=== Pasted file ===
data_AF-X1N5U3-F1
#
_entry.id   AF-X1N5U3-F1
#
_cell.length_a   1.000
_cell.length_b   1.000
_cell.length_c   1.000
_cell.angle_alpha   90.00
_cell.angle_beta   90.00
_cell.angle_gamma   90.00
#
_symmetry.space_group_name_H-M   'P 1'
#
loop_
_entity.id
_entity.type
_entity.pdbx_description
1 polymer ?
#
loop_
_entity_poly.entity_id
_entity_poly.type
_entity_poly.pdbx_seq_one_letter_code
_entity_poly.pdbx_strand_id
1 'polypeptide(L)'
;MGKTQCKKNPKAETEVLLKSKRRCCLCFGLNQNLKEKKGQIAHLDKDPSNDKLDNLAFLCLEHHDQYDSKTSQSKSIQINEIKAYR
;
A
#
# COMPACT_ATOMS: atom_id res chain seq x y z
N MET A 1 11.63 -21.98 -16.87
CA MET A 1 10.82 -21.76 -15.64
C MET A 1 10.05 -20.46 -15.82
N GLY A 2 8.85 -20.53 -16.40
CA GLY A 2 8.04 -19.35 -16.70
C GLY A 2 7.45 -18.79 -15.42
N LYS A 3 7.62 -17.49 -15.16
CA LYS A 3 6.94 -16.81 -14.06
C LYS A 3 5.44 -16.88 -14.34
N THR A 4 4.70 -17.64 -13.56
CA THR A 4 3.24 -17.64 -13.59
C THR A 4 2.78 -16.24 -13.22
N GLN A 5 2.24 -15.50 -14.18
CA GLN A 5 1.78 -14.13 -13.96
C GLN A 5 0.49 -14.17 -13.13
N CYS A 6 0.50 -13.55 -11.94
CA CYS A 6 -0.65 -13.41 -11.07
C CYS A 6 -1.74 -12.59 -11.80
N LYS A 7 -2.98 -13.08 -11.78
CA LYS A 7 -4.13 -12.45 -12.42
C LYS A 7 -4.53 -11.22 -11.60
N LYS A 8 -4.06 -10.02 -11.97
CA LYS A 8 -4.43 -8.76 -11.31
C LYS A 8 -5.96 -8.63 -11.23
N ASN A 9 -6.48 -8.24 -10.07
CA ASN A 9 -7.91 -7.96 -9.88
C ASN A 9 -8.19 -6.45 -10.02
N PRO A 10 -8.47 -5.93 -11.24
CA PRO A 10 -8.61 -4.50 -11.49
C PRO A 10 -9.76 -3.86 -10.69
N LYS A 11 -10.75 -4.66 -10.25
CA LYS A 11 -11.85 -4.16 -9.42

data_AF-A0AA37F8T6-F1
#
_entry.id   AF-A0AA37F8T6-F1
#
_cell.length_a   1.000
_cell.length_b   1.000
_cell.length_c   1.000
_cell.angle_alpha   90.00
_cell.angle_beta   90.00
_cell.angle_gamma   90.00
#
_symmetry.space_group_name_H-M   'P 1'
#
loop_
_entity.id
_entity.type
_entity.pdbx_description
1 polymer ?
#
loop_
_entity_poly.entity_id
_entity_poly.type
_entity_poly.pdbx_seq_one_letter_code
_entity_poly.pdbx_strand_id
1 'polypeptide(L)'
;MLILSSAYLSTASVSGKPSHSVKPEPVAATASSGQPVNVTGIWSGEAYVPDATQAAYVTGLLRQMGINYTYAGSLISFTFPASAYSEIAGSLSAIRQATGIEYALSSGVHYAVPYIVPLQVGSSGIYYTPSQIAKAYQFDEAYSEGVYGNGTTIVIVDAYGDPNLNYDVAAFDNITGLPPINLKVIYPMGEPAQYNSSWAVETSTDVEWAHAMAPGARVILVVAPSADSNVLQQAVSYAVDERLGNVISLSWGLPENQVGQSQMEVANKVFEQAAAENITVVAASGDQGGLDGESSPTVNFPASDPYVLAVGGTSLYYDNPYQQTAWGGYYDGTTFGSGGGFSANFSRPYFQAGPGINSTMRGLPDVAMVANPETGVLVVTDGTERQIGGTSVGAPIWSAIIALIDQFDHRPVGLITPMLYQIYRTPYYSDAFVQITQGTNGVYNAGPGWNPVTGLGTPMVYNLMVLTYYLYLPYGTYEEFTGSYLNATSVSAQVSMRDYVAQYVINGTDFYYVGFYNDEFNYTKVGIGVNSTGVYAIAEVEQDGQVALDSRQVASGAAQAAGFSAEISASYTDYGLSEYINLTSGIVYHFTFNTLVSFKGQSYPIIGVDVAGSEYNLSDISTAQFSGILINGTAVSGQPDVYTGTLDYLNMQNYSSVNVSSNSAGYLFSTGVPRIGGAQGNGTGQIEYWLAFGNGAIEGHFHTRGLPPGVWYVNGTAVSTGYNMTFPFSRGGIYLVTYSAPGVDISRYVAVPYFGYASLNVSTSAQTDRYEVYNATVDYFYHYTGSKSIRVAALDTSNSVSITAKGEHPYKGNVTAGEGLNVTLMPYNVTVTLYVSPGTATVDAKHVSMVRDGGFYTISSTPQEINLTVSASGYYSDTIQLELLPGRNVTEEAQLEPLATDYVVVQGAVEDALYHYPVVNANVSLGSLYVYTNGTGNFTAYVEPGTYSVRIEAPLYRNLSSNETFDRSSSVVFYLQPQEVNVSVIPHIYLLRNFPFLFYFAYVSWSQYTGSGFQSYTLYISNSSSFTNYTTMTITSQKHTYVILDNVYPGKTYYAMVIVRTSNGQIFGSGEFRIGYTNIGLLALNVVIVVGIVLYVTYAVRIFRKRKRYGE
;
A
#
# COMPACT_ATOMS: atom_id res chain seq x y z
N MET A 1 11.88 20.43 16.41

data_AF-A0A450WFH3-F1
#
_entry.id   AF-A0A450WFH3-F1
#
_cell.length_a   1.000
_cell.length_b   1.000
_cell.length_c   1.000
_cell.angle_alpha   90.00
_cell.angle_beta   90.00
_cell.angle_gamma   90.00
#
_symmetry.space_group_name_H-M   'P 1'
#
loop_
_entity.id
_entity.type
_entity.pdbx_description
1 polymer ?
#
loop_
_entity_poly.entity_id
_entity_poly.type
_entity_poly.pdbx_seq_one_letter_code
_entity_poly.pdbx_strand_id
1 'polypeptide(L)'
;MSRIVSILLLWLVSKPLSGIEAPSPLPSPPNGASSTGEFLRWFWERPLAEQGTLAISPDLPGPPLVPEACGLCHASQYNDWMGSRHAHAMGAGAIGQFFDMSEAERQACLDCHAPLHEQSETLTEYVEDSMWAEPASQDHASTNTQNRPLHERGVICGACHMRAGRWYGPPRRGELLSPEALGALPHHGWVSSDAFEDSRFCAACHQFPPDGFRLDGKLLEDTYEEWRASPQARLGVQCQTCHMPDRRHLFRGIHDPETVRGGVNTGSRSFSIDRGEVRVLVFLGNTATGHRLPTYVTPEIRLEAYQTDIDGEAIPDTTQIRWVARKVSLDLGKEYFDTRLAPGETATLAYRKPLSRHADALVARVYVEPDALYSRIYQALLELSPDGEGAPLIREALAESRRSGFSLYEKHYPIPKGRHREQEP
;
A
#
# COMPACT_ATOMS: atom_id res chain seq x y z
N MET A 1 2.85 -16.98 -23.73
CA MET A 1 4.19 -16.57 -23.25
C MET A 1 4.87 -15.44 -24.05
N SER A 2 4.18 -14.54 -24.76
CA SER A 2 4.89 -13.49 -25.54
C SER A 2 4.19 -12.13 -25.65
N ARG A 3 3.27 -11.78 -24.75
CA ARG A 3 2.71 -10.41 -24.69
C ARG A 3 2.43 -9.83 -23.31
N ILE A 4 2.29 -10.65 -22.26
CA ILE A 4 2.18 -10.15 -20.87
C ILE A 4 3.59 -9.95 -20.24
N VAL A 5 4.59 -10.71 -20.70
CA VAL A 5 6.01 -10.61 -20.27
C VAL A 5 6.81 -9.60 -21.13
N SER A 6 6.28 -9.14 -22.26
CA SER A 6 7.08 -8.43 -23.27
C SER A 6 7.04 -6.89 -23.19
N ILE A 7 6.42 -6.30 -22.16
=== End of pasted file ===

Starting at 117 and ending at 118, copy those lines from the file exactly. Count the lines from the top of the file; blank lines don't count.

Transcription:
_entity_poly.pdbx_strand_id
1 'polypeptide(L)'